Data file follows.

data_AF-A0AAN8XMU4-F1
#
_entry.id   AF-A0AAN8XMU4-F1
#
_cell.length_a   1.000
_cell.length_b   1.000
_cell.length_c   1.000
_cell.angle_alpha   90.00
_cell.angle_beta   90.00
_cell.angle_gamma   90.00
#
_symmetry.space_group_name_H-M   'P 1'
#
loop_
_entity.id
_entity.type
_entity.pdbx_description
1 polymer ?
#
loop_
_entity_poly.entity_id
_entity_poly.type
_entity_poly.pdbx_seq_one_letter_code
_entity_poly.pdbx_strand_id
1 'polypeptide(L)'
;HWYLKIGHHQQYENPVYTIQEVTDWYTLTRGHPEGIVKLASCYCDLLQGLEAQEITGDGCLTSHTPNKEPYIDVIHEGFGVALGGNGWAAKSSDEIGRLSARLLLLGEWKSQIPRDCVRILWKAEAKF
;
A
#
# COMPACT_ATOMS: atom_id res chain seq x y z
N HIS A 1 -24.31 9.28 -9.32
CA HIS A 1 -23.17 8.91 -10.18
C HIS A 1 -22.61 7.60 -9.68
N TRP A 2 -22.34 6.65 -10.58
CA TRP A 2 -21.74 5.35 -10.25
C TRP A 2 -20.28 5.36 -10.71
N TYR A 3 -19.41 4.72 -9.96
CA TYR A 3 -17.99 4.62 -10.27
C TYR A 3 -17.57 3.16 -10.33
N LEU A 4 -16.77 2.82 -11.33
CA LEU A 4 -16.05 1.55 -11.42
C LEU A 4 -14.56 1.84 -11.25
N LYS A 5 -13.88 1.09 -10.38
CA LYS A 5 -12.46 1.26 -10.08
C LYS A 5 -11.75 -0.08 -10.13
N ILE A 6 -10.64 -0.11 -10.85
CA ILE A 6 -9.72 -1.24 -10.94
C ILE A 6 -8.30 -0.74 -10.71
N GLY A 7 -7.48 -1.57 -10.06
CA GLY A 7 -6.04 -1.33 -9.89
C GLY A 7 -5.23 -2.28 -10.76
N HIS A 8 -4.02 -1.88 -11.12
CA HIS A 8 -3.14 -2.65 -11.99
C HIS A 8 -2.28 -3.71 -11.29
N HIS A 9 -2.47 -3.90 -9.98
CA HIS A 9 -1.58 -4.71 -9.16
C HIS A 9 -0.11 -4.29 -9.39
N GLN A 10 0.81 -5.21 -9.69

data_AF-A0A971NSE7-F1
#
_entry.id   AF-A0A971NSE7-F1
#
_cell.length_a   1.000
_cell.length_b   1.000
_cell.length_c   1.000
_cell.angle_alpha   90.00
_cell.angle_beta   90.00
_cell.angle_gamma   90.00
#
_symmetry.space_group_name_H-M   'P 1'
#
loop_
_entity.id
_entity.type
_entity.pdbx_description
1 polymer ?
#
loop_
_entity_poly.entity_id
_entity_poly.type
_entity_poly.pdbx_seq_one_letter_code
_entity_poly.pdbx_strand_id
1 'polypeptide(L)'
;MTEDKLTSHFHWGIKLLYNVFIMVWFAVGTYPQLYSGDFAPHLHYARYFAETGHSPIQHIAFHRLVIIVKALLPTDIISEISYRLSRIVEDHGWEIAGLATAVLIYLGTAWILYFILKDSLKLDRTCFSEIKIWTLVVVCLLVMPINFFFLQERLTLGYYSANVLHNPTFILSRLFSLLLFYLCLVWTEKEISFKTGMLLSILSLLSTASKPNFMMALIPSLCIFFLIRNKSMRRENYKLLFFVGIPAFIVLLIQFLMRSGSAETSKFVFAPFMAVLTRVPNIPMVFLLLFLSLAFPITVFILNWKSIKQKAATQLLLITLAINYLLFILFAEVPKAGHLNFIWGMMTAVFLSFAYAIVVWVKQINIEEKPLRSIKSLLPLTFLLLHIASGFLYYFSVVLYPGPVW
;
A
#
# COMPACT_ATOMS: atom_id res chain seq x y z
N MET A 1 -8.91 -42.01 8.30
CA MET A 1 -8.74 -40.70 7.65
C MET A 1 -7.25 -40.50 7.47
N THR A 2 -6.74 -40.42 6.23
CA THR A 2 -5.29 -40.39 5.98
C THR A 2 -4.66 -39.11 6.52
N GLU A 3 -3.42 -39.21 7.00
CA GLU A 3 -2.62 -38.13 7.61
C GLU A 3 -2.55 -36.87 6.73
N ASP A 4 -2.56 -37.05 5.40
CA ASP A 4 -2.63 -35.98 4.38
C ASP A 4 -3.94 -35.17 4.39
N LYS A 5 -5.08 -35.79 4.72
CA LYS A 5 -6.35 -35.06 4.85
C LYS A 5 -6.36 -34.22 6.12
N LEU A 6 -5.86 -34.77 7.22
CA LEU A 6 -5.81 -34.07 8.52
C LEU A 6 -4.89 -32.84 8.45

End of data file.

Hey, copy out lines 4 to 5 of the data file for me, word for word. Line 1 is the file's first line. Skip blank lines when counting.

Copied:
#
_cell.length_a   1.000